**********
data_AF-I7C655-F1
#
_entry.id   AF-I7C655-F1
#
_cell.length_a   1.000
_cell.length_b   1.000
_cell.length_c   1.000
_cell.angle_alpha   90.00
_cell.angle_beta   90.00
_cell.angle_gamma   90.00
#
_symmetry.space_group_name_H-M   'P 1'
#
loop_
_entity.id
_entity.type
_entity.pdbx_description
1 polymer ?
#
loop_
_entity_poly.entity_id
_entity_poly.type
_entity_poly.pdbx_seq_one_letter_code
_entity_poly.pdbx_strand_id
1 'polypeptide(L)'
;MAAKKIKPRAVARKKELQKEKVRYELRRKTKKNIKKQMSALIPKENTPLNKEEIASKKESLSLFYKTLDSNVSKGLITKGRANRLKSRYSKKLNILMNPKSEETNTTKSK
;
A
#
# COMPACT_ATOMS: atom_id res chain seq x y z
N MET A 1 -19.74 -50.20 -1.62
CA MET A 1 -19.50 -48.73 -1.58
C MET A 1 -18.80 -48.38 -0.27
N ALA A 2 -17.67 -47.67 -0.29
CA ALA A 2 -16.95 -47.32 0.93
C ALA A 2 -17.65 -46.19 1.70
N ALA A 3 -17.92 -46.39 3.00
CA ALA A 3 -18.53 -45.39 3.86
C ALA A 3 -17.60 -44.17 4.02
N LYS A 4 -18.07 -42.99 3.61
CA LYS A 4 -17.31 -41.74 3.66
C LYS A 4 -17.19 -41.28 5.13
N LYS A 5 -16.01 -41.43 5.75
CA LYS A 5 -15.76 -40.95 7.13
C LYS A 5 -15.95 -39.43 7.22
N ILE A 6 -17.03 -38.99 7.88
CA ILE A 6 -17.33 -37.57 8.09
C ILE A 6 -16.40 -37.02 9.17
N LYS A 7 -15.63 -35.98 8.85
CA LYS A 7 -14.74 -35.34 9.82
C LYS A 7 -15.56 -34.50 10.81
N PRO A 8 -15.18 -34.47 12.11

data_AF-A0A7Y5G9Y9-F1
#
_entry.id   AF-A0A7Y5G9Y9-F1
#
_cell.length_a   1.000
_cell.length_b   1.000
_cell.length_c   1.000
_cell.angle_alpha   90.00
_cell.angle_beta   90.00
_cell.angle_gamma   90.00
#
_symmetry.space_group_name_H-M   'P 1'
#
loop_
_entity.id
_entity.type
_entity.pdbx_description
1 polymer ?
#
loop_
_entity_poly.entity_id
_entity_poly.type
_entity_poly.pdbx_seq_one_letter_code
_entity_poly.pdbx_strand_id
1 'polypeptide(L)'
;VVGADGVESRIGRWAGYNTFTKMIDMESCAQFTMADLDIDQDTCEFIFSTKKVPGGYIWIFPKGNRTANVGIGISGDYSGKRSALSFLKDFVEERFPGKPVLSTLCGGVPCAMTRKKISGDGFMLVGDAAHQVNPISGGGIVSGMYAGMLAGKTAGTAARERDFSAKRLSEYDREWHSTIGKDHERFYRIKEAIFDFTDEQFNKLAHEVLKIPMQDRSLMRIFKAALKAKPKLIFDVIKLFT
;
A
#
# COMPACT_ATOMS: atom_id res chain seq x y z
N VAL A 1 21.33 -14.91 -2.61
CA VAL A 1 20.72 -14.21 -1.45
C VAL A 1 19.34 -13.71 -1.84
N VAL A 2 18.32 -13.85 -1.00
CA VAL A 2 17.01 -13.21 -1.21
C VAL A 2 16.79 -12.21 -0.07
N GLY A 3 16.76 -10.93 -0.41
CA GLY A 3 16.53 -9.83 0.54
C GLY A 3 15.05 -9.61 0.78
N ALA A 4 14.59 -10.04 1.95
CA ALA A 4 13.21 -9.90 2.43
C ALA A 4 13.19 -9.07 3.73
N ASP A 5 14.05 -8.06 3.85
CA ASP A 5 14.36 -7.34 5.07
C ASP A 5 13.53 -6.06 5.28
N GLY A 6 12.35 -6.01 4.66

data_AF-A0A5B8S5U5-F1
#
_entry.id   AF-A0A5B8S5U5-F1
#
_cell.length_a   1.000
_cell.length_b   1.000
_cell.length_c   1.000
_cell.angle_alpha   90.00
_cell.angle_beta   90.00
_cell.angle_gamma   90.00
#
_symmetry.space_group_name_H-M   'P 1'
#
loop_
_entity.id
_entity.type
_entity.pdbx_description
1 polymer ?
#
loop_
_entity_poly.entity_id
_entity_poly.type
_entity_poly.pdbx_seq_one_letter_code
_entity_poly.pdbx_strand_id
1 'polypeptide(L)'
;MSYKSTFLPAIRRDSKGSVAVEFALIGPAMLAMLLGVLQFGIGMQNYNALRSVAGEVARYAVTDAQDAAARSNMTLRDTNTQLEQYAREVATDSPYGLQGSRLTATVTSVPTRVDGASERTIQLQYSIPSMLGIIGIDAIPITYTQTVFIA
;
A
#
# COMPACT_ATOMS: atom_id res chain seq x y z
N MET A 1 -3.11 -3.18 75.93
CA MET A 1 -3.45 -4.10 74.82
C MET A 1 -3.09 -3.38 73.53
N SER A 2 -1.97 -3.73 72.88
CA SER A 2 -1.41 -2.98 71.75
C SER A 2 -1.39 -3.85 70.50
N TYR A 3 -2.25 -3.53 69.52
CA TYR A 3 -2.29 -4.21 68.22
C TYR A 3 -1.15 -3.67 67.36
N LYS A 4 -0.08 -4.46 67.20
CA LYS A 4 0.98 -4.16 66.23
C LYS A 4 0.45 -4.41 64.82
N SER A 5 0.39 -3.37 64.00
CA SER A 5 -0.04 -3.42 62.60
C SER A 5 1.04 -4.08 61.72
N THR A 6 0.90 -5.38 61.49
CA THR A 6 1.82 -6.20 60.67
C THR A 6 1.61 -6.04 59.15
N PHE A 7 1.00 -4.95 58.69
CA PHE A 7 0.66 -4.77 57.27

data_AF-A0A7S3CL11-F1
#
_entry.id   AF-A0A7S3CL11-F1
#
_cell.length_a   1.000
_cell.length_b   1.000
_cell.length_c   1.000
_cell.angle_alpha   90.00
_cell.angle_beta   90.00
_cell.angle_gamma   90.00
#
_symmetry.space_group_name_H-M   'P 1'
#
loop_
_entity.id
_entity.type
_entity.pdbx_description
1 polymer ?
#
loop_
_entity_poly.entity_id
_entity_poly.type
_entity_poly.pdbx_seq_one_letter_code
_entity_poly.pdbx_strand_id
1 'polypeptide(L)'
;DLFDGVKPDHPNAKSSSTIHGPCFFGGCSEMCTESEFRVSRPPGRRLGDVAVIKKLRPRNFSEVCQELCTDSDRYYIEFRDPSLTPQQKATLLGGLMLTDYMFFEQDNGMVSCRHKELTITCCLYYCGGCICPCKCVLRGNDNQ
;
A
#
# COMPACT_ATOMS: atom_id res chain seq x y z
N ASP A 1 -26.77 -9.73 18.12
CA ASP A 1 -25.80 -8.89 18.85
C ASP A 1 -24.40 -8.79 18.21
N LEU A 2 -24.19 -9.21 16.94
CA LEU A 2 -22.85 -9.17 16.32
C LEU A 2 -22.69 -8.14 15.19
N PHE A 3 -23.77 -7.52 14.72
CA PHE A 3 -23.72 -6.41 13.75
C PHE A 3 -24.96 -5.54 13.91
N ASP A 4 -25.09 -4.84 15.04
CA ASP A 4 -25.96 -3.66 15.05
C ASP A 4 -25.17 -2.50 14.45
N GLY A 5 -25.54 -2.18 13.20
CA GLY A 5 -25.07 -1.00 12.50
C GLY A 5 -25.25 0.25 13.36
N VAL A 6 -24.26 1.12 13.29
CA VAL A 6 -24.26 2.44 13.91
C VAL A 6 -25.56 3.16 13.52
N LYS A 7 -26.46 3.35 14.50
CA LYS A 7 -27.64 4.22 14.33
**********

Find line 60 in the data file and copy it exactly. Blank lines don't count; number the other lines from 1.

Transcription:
_cell.angle_alpha   90.00